XpanD is the biggest 3D company in the world, with over 3,000 3D cinemas in 60 countries, consumer electronic products like XpanD Universal glasses, OEM services to CE like Philips and Vizio, global leadership in the educational 3D market together with DLP, 3D production activities and more. XpanD’s 3D footprint is in every aspect of the stereoscopic revolution.

How has the digital 3D entertainment industry changed over recent years?
When we did the first digital 3D demo during 2005 with James Cameron and Steven Spielberg, 3D was considered a gimmick. Yet, with the box-office success of 3D cinema, 3D became the driver of the cinema revolution and modern entertainment. With the availability of content, it is natural that 3D will shift from the cinema to the home, and, along with Panasonic, we developed the first 3DTV demo during CES 2009. This was so successful that it led all the CE companies to develop their own 3D applications. Currently 3D is a standard in the cinema, and in two-to-three years it will become a standard at home. Continues…

Brian Kercher Managing Director of 3D Cinema, MasterImage 3D (Europe)

What is your position within the 3D entertainment industry?
MasterImage 3D is an industry leader in the provision of 3D solutions for cinema, including the development of 3D displays which do not need glasses, and ASIC 3D cameras.

Why are audiences so taken with 3D?
Well, there’s a wonderful phrase in the industry: content is king. First there was colour images for cinema, then high-quality sound, and now I think 3D has finally taken the platform as the third great offering to cinema. But you’re only as good as the content you’re given. The latest 3D films—as we’ve just seen with Toy Story, Avatar and others— attract the masses because 3D has brought a new capability to the filmmaker, and it’s proven it’s no longer a gimmick. It’s here to stay and it’s of an exceptional quality now.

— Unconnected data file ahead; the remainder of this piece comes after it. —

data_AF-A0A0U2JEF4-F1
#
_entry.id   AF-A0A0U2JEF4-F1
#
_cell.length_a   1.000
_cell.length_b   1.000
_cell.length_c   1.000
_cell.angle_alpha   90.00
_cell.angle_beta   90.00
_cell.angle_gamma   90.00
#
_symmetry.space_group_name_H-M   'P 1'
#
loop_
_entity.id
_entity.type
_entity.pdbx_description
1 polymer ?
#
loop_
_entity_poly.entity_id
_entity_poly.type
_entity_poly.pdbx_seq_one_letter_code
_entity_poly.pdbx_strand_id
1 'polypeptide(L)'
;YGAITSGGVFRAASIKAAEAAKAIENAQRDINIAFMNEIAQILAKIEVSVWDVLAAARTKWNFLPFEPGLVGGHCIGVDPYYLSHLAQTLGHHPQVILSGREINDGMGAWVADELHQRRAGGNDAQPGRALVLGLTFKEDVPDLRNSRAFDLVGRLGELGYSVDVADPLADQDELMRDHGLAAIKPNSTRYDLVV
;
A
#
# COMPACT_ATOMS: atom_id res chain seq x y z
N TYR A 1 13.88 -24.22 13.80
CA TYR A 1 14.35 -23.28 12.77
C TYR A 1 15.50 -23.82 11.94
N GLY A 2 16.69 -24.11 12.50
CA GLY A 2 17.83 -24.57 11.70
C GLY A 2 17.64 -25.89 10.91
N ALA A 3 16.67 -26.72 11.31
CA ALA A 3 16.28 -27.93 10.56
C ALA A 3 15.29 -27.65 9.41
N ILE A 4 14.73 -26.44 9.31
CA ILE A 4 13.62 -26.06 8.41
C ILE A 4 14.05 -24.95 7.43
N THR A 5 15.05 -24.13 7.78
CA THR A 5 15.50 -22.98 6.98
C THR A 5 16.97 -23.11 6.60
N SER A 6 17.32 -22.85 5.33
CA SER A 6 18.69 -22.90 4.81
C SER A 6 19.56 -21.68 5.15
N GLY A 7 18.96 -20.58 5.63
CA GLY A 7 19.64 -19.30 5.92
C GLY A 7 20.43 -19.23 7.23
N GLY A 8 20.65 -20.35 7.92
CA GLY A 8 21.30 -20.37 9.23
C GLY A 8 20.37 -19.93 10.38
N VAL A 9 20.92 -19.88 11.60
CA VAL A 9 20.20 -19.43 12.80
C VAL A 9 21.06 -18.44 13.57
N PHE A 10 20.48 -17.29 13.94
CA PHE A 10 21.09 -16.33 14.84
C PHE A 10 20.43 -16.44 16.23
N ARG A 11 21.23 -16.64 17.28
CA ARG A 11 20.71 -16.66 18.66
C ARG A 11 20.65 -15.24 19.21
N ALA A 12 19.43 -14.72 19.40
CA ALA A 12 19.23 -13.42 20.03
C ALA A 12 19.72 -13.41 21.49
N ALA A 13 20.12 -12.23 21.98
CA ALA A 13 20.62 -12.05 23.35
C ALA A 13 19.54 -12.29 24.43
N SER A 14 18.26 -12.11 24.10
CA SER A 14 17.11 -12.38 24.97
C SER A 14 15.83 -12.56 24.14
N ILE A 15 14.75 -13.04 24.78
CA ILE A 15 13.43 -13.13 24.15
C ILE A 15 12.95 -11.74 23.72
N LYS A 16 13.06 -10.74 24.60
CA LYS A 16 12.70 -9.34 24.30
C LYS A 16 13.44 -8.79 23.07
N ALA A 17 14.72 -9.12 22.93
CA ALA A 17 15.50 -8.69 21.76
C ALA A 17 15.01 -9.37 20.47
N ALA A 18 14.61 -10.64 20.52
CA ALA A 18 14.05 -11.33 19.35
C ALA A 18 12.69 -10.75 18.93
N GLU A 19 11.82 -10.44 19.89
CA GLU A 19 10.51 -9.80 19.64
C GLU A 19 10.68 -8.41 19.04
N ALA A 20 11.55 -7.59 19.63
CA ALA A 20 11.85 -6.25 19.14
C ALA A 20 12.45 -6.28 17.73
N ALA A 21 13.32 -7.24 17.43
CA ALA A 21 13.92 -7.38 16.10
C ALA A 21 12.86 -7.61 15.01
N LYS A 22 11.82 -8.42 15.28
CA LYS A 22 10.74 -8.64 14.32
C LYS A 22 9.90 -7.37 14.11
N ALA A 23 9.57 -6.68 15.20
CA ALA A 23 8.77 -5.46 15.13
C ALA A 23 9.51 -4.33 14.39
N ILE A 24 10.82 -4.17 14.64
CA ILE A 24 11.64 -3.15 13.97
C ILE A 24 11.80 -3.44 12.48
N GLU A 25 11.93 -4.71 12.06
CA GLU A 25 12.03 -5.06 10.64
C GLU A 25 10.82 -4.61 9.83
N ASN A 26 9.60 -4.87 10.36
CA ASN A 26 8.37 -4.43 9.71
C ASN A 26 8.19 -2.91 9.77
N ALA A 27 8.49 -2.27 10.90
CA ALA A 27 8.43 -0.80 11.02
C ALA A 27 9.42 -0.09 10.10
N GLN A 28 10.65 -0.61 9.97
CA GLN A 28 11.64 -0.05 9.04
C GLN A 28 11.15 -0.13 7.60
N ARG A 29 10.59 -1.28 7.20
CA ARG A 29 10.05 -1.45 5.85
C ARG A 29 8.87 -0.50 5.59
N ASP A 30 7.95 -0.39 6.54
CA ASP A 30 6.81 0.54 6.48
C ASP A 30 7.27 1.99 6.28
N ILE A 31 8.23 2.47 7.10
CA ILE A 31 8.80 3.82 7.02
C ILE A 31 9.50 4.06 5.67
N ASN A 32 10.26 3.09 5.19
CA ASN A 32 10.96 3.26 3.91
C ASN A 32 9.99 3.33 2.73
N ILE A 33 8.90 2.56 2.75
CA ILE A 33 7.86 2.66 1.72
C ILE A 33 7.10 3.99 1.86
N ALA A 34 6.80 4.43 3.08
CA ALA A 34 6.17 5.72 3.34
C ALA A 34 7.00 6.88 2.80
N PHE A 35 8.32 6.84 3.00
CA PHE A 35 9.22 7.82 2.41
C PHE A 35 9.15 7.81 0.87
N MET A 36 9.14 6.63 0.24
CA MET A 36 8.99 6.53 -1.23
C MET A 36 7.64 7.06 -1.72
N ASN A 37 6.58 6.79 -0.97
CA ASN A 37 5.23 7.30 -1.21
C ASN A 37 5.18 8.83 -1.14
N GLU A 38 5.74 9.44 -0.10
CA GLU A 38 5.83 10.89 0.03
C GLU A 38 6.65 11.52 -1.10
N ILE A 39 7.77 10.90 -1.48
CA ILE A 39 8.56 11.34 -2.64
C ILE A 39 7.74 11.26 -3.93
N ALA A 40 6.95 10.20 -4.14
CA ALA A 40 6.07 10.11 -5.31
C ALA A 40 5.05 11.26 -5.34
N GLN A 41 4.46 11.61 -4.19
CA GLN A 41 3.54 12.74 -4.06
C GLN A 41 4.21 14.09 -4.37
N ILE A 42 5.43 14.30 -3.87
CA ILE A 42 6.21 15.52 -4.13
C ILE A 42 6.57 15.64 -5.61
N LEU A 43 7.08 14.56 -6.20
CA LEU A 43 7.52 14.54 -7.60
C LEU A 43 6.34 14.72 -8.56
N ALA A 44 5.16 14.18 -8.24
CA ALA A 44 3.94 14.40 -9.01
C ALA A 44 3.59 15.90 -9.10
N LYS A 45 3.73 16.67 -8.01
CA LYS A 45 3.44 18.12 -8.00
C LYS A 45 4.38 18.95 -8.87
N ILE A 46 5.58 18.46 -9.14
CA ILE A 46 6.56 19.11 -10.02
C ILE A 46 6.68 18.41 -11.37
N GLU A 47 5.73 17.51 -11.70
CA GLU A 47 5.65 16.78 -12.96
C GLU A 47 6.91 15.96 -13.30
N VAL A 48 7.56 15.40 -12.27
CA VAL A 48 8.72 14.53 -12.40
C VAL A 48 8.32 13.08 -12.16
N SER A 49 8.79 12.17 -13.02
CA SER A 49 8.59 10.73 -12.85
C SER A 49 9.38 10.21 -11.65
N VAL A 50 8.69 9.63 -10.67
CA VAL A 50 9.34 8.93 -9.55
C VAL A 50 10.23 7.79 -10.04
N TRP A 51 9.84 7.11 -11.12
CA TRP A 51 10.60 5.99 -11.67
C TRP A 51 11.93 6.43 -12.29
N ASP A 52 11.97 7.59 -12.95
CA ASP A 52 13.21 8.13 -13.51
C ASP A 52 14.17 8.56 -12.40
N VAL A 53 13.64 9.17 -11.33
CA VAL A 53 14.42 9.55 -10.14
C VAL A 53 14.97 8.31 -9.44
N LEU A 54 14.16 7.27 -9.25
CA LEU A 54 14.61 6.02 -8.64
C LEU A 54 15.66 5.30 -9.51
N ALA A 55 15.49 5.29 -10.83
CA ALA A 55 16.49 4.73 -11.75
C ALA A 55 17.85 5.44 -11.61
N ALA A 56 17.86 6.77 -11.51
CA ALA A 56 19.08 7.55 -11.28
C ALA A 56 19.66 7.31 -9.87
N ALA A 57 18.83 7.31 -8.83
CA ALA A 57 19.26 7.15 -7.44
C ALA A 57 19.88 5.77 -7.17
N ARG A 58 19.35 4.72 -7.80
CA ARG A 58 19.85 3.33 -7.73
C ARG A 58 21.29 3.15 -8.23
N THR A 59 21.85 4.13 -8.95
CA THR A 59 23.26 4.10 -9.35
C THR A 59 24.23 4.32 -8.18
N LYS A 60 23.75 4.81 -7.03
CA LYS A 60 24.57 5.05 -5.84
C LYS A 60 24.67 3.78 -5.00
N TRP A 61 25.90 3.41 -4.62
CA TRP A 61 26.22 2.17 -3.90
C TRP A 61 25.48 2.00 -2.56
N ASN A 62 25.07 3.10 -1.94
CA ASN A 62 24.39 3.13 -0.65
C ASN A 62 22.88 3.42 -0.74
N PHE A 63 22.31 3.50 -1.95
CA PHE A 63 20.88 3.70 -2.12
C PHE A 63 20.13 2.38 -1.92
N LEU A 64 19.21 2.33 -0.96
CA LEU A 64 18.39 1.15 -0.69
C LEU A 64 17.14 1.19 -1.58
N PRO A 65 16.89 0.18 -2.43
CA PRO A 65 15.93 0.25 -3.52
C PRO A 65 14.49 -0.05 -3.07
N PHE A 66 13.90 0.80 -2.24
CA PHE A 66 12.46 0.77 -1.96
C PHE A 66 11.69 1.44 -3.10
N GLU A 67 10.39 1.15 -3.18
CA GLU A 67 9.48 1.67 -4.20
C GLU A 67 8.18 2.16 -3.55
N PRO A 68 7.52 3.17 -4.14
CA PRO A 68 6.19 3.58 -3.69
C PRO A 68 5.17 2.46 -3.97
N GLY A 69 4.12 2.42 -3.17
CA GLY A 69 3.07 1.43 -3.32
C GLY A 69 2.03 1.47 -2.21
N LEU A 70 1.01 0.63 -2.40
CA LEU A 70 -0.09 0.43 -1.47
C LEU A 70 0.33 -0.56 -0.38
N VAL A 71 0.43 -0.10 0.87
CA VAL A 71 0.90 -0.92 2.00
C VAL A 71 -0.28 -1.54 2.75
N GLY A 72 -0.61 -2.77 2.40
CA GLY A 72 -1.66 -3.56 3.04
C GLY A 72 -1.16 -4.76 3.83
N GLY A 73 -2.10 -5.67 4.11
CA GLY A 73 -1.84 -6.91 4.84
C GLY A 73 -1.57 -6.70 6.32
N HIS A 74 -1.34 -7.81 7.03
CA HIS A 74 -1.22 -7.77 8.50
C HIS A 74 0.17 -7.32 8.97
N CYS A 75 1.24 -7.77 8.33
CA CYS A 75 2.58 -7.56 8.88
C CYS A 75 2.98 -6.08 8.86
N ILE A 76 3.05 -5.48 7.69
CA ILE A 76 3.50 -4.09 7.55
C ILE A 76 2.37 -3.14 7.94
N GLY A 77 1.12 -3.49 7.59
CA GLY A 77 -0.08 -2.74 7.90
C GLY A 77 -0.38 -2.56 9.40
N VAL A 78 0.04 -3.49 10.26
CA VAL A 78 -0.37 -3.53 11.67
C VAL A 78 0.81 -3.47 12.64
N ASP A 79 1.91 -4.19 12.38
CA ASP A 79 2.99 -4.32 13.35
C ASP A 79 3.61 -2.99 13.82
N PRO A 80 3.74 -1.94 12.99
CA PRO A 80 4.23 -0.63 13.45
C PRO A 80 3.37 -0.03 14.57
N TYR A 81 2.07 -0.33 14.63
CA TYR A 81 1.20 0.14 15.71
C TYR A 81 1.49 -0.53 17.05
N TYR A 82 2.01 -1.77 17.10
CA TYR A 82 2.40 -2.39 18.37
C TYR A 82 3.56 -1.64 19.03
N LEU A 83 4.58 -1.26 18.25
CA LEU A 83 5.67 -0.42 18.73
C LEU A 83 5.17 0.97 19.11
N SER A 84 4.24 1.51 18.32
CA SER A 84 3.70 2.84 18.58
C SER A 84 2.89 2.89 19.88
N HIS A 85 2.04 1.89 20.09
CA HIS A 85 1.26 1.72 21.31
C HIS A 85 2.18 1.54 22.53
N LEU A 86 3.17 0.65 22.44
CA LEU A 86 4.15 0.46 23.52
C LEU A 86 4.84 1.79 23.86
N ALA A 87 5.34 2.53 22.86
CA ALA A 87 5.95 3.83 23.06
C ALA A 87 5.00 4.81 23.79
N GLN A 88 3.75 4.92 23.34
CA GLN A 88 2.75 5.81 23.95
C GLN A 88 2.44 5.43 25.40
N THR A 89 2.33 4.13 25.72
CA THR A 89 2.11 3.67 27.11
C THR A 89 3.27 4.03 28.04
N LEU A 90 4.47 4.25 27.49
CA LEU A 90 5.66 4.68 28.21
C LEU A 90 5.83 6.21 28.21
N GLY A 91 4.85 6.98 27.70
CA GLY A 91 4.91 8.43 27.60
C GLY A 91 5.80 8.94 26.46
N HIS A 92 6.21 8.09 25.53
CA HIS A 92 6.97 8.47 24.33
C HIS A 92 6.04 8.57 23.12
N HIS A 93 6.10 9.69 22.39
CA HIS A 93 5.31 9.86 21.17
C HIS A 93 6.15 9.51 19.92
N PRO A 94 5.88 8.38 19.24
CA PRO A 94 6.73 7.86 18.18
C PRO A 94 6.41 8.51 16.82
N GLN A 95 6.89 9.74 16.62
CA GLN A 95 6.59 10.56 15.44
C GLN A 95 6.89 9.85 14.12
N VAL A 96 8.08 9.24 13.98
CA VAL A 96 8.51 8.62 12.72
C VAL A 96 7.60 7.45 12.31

How has 3D helped the digital revolution?
3D has helped more for the transition from film projection to digital projection than any VPF [Virtual Print Fee] deal with the studios. On average across the world, something like 75 per cent of all digital projection investments had been because of 3D; it brought the added value that was necessary to the cinema for wanting to go from film to digital. Continues…

Joe Dante Director, The Hole 3D

Joe Dante has always been in the vanguard of visual effects, from the pesky puppets of Gremlins to the digital army of Small Soldiers, the miniature world of Innerspace and the seamless splicing of live footage and animation in Looney Tunes: Back In Action. Yet even he acknowledges it wasn’t enough. “A year after each of them came out, there were new things available that were different,” he sighs. “I’ve even done commercials just so I can keep up with the latest developments, because they go fast.”

Given this, it’s no surprise to learn that the 63-year-old Dante has joined the likes of James Cameron and Tim Burton and directed his first film in 3D. The story of two brothers who discover a bottomless pit of evil in their basement, as Dante notes, The Hole isn’t on the scale of Avatar or Alice in Wonderland. “It’s a small film for 3D,” he says. “It doesn’t have a lot of spectacle. It has a cast of six. It’s not really a giant movie. It’s quite intimate— though that was one of the reasons I wanted to do it in 3D. I wanted to get some scope into it.” Continues…

This article continues in movieScope Magazine, Issue 18 (August/ September 2010)